Ron Savage > DBIx-Admin-BackupRestore > DBIx::Admin::BackupRestore

Download:
DBIx-Admin-BackupRestore-1.17.tgz

Dependencies

Annotate this POD

View/Report Bugs
Module Version: 1.17   Source  

NAME ^

DBIx::Admin::BackupRestore - Backup all tables in a database to XML, and restore them

Synopsis ^

        use DBIx::Admin::BackupRestore;

        # Backup.

        open(OUT, "> $file_name") || die("Can't open(> $file_name): $!");
        print OUT DBIx::Admin::BackupRestore -> new(dbh => $dbh) -> backup('db_name');
        close OUT;

        # Restore.

        DBIx::Admin::BackupRestore -> new(dbh => $dbh) -> restore($file_name);

Description ^

DBIx::Admin::BackupRestore is a pure Perl module.

It exports all data - except nulls - in all tables from one database to one or more XML files.

Actually, not all tables. Table names which match /^BIN\$.+\$./ are discarded. This is for Oracle.

Then these files can be imported into another database, possibly under a different database server, using methods restore() or restore_in_order().

Note: Importing into Oracle does not handle sequences at all.

In the output, all table names and column names containing spaces have those spaces converted to underscores. This is A Really Good Idea.

Also, the case of the output table and column names is governed by the database handle attribute FetchHashKeyName.

Warning: This module is designed on the assumption you have a stand-alone script which creates an appropriate set of empty tables on the destination database server. You run that script, and then run this module in 'restore' mode.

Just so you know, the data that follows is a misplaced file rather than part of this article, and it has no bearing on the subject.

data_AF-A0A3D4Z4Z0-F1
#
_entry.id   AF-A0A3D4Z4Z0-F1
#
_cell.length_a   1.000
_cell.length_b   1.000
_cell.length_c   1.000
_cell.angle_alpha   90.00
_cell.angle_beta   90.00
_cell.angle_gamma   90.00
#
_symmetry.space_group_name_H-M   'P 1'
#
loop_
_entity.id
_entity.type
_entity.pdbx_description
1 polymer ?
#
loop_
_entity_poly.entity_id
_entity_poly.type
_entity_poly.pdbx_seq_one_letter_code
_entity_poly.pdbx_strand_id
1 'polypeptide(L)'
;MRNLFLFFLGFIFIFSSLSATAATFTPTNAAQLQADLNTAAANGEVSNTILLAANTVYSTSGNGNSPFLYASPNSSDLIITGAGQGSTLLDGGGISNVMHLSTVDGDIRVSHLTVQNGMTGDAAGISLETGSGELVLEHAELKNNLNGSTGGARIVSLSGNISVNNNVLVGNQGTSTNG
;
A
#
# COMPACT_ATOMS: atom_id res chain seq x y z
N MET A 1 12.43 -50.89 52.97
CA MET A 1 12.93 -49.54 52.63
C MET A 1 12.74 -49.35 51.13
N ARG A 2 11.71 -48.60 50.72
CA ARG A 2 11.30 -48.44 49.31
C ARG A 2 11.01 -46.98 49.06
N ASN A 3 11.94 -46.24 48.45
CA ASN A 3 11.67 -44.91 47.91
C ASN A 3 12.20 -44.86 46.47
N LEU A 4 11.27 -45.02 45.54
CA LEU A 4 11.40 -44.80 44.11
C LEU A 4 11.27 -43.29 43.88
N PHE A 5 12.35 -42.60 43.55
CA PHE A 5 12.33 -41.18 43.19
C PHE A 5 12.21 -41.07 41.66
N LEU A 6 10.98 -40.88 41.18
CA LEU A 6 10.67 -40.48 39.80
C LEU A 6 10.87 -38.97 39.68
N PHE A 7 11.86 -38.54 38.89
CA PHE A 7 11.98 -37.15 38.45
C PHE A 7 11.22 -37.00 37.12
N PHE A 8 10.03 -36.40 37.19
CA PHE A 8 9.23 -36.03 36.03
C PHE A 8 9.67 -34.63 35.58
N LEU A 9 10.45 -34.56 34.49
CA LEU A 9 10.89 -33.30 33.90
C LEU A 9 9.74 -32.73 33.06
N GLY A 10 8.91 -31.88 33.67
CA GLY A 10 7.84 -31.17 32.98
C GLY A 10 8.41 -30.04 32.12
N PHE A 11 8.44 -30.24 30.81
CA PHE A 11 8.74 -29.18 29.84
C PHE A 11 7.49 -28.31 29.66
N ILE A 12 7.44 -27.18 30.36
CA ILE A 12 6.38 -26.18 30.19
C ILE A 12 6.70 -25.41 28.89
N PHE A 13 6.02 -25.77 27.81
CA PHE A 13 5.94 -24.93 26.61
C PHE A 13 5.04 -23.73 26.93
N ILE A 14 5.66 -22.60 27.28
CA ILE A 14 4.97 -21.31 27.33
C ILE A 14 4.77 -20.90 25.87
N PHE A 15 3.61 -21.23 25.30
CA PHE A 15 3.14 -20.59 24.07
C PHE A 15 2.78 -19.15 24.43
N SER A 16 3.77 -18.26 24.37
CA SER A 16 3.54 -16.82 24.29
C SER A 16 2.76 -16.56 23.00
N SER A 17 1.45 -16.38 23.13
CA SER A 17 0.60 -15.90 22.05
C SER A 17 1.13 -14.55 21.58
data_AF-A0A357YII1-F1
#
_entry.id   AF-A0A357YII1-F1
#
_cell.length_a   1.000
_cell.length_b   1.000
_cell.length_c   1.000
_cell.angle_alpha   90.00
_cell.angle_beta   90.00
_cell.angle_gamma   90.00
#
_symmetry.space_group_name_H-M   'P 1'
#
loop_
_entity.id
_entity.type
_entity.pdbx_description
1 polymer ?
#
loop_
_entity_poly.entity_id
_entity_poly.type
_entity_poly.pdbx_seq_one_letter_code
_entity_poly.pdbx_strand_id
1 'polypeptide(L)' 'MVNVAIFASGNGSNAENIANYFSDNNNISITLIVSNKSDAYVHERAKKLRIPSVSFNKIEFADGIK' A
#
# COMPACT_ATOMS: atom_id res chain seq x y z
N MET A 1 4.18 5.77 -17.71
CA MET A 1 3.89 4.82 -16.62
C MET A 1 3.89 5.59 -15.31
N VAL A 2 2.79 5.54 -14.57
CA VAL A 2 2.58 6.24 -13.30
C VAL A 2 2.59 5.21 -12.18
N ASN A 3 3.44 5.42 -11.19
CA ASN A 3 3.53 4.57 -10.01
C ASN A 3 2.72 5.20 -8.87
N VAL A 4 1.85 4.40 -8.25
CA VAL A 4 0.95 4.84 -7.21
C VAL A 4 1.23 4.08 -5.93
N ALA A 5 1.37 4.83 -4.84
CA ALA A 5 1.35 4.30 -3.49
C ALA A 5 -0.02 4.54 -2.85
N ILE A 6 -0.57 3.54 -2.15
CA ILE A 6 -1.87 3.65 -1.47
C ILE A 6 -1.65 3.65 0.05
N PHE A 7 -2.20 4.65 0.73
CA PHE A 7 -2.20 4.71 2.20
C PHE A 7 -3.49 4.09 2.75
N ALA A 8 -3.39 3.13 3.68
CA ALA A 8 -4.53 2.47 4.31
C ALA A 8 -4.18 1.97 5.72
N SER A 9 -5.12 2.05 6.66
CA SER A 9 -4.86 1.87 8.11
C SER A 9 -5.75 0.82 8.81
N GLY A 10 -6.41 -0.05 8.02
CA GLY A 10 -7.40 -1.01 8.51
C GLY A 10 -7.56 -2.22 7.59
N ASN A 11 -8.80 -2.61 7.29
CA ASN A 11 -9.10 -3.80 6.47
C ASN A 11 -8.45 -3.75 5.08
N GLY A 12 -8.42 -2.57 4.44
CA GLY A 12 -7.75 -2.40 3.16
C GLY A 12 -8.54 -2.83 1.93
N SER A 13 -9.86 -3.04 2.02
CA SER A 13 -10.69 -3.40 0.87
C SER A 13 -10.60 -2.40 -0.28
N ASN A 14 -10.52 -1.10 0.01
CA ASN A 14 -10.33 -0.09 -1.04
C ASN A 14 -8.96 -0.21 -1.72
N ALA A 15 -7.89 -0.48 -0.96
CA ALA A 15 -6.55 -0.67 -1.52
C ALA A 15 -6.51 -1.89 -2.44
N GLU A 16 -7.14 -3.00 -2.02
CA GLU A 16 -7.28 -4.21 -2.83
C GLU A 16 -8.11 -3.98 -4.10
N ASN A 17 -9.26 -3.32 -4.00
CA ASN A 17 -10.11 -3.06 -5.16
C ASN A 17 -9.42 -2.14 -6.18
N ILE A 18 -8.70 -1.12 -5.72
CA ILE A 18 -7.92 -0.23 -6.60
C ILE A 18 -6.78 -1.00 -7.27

Such a stand-alone script is trivial, by getting the output of method get_column_names() and feeding it into the constructor of DBIx::Admin::CreateTrivialSchema.

Of course, you would only use this feature as a crude way of dumping the data into a database for quick inspection before processing the XML properly.

This module is used daily to transfer a MySQL database under MS Windows to a Postgres database under GNU/Linux.

Similar modules are discussed below.

See also: http://savage.net.au/Ron/html/msaccess2rdbms.html

Distributions ^

This module is available both as a Unix-style distro (*.tgz) and an ActiveState-style distro (*.ppd). The latter is shipped in a *.zip file.

See http://savage.net.au/Perl-modules.html for details.

See http://savage.net.au/Perl-modules/html/installing-a-module.html for help on unpacking and installing each type of distro.

Constructor and initialization ^

new(...) returns an object of type DBIx::Admin::BackupRestore.

This is the class's contructor.

Usage: DBIx::Admin::BackupRestore -> new().

This method takes a set of parameters. Only the dbh parameter is mandatory.

For each parameter you wish to use, call new as new(param_1 => value_1, ...).

clean

The default value is 0.

If new is called as new(clean => 1), the backup phase deletes any characters outside the range 20 .. 7E (hex).

The restore phase ignores this parameter.

This parameter is optional.

croak_on_error

This parameter takes one of these values: 0 or 1.

The default value is 1, for backwards compatibility.

During backup(), the $sth -> execute() is now wrapped in eval{}, and if an error occurs, and croak_on_error is 1, we Carp::croak.

If croak_on_error is 0, we continue. Not only that, but if verbose is 1, the error is printed to STDERR.

This parameter is optional.

dbh

This is a database handle.

This parameter is mandatory when calling methods backup() and restore*(), but is not required when calling method split(), since the latter is just a file-to-file operation.

dbi_catalog, dbi_schema, dbi_table, dbi_type

These 4 parameters are passed to DBI's table_info() method, to get a list of table names.